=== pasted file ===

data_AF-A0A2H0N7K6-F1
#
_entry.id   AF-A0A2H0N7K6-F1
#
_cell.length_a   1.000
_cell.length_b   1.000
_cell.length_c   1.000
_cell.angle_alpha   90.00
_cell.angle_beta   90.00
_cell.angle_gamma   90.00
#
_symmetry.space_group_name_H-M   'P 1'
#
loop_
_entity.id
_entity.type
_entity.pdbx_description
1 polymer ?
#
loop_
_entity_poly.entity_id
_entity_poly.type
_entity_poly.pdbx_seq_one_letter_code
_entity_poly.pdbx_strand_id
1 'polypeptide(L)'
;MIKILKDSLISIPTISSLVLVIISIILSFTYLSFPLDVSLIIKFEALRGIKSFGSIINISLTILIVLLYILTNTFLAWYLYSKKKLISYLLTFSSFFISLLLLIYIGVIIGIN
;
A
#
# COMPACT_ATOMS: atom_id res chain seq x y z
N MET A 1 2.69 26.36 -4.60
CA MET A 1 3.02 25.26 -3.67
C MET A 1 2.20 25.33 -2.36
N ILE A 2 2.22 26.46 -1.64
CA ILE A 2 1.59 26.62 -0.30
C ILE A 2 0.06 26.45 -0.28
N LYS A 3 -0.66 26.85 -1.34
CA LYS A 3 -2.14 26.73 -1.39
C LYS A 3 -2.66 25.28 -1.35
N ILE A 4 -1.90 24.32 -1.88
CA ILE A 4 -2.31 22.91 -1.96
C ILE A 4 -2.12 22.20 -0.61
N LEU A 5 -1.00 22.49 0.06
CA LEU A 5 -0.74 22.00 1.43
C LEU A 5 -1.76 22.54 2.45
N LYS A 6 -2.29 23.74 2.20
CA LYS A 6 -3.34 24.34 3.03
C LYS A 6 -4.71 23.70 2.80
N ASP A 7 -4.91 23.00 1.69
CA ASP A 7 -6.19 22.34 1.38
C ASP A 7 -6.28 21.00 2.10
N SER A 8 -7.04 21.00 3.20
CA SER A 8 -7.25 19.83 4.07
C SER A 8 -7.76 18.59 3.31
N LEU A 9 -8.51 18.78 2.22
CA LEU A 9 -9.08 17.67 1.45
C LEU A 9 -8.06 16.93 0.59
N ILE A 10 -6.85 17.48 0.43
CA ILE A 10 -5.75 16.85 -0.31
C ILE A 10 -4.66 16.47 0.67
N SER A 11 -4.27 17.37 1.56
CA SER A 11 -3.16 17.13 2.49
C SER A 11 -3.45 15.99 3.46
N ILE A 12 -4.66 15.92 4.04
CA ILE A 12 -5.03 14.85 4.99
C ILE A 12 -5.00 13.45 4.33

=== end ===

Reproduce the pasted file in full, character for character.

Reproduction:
data_AF-A0A2H0N7K6-F1
#
_entry.id   AF-A0A2H0N7K6-F1
#
_cell.length_a   1.000
_cell.length_b   1.000
_cell.length_c   1.000
_cell.angle_alpha   90.00
_cell.angle_beta   90.00
_cell.angle_gamma   90.00
#
_symmetry.space_group_name_H-M   'P 1'
#
loop_
_entity.id
_entity.type
_entity.pdbx_description
1 polymer ?
#
loop_
_entity_poly.entity_id
_entity_poly.type
_entity_poly.pdbx_seq_one_letter_code
_entity_poly.pdbx_strand_id
1 'polypeptide(L)'
;MIKILKDSLISIPTISSLVLVIISIILSFTYLSFPLDVSLIIKFEALRGIKSFGSIINISLTILIVLLYILTNTFLAWYLYSKKKLISYLLTFSSFFISLLLLIYIGVIIGIN
;
A
#
# COMPACT_ATOMS: atom_id res chain seq x y z
N MET A 1 2.69 26.36 -4.60
CA MET A 1 3.02 25.26 -3.67
C MET A 1 2.20 25.33 -2.36
N ILE A 2 2.22 26.46 -1.64
CA ILE A 2 1.59 26.62 -0.30
C ILE A 2 0.06 26.45 -0.28
N LYS A 3 -0.66 26.85 -1.34
CA LYS A 3 -2.14 26.73 -1.39
C LYS A 3 -2.66 25.28 -1.35
N ILE A 4 -1.90 24.32 -1.88
CA ILE A 4 -2.31 22.91 -1.96
C ILE A 4 -2.12 22.20 -0.61
N LEU A 5 -1.00 22.49 0.06
CA LEU A 5 -0.74 22.00 1.43
C LEU A 5 -1.76 22.54 2.45
N LYS A 6 -2.29 23.74 2.20
CA LYS A 6 -3.34 24.34 3.03
C LYS A 6 -4.71 23.70 2.80
N ASP A 7 -4.91 23.00 1.69
CA ASP A 7 -6.19 22.34 1.38
C ASP A 7 -6.28 21.00 2.10
N SER A 8 -7.04 21.00 3.20
CA SER A 8 -7.25 19.83 4.07
C SER A 8 -7.76 18.59 3.31
N LEU A 9 -8.51 18.78 2.22
CA LEU A 9 -9.08 17.67 1.45
C LEU A 9 -8.06 16.93 0.59
N ILE A 10 -6.85 17.48 0.43
CA ILE A 10 -5.75 16.85 -0.31
C ILE A 10 -4.66 16.47 0.67
N SER A 11 -4.27 17.37 1.56
CA SER A 11 -3.16 17.13 2.49
C SER A 11 -3.45 15.99 3.46
N ILE A 12 -4.66 15.92 4.04
CA ILE A 12 -5.03 14.85 4.99
C ILE A 12 -5.00 13.45 4.33